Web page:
Code of Virginia

Code of Virginia
Title 64.2. Wills, Trusts, and Fiduciaries
5/23/2019

Part D. Guardianship of Incapacitated Persons.

Chapter 20. Guardianship and Conservatorship.

Article 1. Appointment.

§ 64.2-2000. Definitions.

As used in this chapter, unless the context requires a different meaning:

"Advance directive" shall have the same meaning as provided in the Health Care Decisions Act (§ 54.1-2981 et seq.).

"Conservator" means a person appointed by the court who is responsible for managing the estate and financial affairs of an incapacitated person and, where the context plainly indicates, includes a "limited conservator" or a "temporary conservator." The term includes (i) a local or regional program designated by the Department for Aging and Rehabilitative Services as a public conservator pursuant to Article 6 (§ 51.5-149 et seq.) of Chapter 14 of Title 51.5 or (ii) any local or regional tax-exempt charitable organization established pursuant to § 501(c)(3) of the Internal Revenue Code to provide conservatorial services to incapacitated persons. Such tax-exempt charitable organization shall not be a provider of direct services to the incapacitated person. If a tax-exempt charitable organization has been designated by the Department for Aging and Rehabilitative Services as a public conservator, it may also serve as a conservator for other individuals.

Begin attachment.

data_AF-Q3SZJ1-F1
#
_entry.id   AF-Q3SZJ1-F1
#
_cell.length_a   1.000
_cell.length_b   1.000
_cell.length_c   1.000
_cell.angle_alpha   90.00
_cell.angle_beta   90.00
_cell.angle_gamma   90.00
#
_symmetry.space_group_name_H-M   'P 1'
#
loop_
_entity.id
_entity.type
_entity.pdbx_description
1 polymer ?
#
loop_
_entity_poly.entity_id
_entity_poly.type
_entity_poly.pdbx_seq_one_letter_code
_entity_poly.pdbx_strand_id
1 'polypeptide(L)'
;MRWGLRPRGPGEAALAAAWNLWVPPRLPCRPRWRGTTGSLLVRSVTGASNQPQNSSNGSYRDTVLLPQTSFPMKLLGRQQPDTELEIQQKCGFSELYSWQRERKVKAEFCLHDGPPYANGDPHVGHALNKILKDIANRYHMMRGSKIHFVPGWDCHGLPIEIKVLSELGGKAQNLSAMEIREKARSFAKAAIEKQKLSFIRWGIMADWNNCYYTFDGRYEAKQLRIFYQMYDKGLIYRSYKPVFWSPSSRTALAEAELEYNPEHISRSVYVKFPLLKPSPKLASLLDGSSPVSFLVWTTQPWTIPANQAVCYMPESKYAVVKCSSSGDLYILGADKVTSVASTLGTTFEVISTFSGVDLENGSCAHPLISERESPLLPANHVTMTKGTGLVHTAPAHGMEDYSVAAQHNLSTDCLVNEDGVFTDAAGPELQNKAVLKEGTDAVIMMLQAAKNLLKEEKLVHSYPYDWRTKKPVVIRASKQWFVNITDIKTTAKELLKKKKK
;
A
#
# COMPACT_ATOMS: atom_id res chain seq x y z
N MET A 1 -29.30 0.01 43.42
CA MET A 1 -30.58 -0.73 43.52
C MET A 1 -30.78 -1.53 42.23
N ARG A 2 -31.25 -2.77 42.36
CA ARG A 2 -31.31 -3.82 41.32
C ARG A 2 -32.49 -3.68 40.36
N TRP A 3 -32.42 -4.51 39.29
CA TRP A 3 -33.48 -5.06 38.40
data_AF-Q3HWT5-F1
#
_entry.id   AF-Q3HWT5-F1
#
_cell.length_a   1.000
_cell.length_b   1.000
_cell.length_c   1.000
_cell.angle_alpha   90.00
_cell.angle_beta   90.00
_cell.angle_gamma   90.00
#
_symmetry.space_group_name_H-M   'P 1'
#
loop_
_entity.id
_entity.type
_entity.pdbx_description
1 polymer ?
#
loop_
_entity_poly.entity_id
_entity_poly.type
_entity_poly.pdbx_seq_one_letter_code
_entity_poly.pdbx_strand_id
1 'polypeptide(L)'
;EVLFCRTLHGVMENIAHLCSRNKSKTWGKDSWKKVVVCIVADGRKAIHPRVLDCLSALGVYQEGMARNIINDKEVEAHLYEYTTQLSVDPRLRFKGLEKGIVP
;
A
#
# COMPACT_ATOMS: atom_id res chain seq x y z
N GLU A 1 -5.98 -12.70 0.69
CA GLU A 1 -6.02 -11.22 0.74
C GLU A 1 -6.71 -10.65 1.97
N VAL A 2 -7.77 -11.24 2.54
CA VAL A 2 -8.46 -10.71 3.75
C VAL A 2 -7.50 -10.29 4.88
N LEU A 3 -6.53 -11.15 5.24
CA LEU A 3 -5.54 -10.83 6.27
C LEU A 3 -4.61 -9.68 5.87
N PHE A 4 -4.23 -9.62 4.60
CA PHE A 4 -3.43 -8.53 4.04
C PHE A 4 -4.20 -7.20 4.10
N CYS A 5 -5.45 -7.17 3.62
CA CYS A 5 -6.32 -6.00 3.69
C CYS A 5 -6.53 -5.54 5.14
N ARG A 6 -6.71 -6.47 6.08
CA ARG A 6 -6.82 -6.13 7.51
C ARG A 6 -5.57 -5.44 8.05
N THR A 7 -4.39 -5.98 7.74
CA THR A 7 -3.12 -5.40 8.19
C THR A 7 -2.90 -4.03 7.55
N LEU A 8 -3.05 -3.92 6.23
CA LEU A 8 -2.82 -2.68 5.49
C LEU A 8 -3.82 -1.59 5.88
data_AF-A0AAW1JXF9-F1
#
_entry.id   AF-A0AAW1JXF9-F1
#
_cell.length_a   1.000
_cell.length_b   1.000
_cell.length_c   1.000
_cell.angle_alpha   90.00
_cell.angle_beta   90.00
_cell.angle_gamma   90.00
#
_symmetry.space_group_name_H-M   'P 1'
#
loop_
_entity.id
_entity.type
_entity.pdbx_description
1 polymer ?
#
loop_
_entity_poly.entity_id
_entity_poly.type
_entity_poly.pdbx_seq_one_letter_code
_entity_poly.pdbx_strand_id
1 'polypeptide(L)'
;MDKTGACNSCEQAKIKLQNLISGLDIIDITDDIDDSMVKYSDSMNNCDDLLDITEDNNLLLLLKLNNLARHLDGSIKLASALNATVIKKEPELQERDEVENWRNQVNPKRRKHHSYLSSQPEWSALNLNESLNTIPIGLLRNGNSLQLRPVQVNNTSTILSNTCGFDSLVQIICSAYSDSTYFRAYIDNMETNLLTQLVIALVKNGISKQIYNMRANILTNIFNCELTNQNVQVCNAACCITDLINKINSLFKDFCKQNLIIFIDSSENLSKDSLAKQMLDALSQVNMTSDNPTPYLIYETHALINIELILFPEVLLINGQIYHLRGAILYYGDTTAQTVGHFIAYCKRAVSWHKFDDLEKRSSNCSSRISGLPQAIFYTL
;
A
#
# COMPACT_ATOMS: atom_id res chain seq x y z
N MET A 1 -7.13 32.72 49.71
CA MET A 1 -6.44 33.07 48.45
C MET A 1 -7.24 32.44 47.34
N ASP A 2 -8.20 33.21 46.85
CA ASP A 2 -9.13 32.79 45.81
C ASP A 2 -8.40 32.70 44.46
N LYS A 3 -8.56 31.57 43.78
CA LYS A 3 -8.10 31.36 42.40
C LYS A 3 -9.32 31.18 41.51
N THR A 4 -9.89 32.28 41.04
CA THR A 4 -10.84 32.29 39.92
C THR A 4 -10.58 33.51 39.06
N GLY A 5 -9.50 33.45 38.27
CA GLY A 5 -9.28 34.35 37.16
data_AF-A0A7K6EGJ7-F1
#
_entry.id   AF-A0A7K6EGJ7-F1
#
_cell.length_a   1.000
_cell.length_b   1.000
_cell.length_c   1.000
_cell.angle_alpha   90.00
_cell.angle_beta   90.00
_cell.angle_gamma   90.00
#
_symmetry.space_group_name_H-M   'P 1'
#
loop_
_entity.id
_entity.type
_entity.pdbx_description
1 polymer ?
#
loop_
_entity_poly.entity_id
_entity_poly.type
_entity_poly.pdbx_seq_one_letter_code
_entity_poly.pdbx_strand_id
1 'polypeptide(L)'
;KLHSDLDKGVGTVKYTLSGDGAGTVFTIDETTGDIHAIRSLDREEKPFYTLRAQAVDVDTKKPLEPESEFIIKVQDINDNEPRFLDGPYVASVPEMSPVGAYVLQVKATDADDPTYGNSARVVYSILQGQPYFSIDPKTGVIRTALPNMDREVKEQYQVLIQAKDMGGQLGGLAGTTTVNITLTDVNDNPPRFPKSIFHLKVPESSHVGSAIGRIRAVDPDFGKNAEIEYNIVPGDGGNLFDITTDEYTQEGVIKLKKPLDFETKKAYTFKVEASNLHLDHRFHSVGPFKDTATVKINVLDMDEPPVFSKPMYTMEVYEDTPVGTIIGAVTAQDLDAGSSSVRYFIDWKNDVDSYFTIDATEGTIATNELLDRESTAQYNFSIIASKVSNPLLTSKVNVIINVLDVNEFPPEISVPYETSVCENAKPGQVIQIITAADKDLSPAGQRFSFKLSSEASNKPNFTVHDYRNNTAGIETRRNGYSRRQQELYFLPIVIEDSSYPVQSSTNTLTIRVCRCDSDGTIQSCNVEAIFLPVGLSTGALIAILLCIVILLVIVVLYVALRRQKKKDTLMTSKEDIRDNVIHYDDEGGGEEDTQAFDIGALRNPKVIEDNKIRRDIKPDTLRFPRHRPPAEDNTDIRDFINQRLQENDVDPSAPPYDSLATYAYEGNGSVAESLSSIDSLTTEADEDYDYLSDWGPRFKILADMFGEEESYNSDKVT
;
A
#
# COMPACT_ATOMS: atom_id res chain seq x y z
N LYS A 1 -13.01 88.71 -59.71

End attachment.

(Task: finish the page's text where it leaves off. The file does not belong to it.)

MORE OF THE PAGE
"Estate" includes both real and personal property.

"Facility" means a state or licensed hospital, training center, psychiatric hospital, or other type of residential or outpatient mental health or mental retardation facility. When modified by the word "state," "facility" means a state hospital or training center operated by the Department of Behavioral Health and Developmental Services, including the buildings and land associated with it.